6. Performers should refrain from playing loud music, or other distracting activities in the dressing rooms, unless all parties wish to crank up the tunes.
  7. Costumes may not be worn outside the theater building.
  8. Immediately after a performance, remove and hang up your costumes before going to greet guests.
  9. Report any damage to your costumes to the wardrobe person. Actors are asked to list any problems with costumes on a costume problem sheet on the dressing room door as soon as possible, to allow time for repairs to happen.
  10. Be sure you know where all costume props are supposed to be kept–whether the dressing room or a prop table backstage.  Be sure to check all costume props pre-show.

Photo Shoots:
Photo shoots are undertaken so that our department, and everyone involved in the shows, can have access to images for their portfolios, websites, and other professional development needs.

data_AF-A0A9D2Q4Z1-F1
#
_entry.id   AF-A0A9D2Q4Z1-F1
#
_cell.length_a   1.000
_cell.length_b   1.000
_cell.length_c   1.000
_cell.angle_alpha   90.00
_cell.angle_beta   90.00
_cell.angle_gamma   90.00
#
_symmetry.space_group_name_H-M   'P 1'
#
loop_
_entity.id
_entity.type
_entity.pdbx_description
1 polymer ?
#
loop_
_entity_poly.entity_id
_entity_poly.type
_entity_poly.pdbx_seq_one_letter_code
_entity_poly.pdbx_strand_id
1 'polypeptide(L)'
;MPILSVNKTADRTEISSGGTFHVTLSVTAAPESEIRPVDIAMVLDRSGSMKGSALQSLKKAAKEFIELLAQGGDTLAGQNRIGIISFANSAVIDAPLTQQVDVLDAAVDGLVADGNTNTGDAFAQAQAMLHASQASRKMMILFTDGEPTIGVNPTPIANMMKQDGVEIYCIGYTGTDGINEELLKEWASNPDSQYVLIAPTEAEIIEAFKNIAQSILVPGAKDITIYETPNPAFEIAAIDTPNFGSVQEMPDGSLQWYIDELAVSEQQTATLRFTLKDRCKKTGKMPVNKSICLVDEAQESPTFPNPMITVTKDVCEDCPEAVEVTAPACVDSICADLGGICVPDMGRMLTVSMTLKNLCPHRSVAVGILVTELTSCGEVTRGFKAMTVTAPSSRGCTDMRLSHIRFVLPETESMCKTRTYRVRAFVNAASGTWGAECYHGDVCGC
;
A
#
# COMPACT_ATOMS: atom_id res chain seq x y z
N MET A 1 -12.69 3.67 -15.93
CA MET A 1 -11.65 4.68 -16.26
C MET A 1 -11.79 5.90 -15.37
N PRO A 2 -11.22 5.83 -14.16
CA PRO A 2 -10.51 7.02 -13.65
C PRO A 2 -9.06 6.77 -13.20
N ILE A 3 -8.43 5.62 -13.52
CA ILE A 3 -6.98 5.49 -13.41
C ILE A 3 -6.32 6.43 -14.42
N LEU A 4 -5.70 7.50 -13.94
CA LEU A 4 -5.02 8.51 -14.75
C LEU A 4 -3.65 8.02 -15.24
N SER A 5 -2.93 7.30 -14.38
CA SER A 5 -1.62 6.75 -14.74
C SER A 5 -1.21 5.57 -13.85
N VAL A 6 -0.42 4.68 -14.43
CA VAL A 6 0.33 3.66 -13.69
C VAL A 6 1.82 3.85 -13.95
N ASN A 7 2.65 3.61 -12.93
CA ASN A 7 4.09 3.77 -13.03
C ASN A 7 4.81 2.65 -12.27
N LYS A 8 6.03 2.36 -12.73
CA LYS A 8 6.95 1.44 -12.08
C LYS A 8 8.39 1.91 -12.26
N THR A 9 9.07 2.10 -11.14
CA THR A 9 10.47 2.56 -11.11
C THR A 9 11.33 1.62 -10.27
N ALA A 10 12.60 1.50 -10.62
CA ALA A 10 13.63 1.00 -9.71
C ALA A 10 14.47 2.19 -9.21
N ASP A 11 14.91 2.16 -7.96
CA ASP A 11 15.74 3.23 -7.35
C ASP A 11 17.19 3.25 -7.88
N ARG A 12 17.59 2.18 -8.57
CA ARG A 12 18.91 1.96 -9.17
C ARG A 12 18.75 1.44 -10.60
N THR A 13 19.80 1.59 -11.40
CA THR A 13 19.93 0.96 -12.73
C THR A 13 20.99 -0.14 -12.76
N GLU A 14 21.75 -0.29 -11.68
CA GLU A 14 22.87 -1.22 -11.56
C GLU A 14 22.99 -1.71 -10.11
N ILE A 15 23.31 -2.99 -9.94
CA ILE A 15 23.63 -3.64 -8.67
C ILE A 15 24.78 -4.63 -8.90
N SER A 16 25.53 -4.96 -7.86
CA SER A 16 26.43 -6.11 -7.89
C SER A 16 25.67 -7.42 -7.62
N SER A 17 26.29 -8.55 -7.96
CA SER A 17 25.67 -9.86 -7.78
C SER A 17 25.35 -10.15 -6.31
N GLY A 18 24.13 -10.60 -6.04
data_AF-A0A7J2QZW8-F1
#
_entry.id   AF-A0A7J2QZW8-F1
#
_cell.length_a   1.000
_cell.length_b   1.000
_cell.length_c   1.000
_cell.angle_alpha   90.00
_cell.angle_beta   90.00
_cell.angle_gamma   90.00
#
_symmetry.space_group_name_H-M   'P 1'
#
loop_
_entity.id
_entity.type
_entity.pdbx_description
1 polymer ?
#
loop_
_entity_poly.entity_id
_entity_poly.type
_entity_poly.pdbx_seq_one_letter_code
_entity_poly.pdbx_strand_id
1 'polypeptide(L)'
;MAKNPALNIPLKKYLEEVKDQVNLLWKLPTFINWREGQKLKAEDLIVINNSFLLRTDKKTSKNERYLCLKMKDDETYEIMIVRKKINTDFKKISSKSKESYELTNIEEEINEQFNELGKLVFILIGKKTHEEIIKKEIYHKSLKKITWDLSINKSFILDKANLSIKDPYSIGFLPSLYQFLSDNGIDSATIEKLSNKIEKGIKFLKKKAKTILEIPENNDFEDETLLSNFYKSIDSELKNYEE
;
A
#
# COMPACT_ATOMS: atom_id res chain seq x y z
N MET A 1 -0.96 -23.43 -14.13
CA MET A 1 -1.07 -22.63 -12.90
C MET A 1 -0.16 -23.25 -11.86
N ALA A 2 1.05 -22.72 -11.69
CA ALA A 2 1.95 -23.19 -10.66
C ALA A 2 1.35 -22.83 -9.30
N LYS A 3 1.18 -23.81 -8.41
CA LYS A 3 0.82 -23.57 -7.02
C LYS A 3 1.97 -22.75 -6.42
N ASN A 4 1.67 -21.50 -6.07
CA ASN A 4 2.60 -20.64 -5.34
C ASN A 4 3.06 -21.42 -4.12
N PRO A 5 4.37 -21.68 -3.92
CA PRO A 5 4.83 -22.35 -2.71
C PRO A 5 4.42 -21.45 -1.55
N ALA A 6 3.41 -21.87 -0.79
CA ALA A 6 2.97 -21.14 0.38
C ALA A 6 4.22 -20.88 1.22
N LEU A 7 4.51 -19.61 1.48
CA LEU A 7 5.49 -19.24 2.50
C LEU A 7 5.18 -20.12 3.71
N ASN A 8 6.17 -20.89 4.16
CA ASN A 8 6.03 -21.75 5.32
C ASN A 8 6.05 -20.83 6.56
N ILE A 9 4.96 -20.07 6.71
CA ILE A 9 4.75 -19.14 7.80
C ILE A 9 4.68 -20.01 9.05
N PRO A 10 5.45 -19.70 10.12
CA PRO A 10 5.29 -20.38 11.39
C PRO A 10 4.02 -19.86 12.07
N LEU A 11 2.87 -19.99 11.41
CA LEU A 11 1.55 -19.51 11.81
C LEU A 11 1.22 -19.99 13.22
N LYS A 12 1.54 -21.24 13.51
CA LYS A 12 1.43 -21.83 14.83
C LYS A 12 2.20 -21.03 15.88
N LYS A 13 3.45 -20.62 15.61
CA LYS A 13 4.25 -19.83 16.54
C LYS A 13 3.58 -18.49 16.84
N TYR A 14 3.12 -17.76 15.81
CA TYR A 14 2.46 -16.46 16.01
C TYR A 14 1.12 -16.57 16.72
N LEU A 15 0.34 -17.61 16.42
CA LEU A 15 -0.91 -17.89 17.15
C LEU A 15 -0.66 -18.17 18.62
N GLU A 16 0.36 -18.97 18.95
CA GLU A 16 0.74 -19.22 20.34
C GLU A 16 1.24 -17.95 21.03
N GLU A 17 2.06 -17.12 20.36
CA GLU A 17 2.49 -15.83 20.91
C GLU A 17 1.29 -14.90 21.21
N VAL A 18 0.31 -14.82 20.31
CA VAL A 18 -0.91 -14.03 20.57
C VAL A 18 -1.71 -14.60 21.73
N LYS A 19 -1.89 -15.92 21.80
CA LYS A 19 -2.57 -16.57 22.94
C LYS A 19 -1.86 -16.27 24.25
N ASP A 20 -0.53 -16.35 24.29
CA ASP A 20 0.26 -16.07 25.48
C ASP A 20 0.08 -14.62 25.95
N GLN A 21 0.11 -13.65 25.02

Some things to know about photo shoots:

  • Do we have one or two photo shoots?
    Traditionally, our Tuesday or Wednesday dress rehearsals are attended by someone in the Bates College Communications Office.  These photos are used for college-wide content, and are not targeted towards the department’s specific needs.  These photo opportunities are usually the only photo documentation made of Dance Concert pieces.  The scheduled photo shoots discussed below, are more tailored to our internal record-keeping and documentation for theater productions, and are designed to address specific visual content and Department needs.  
  • Scheduling: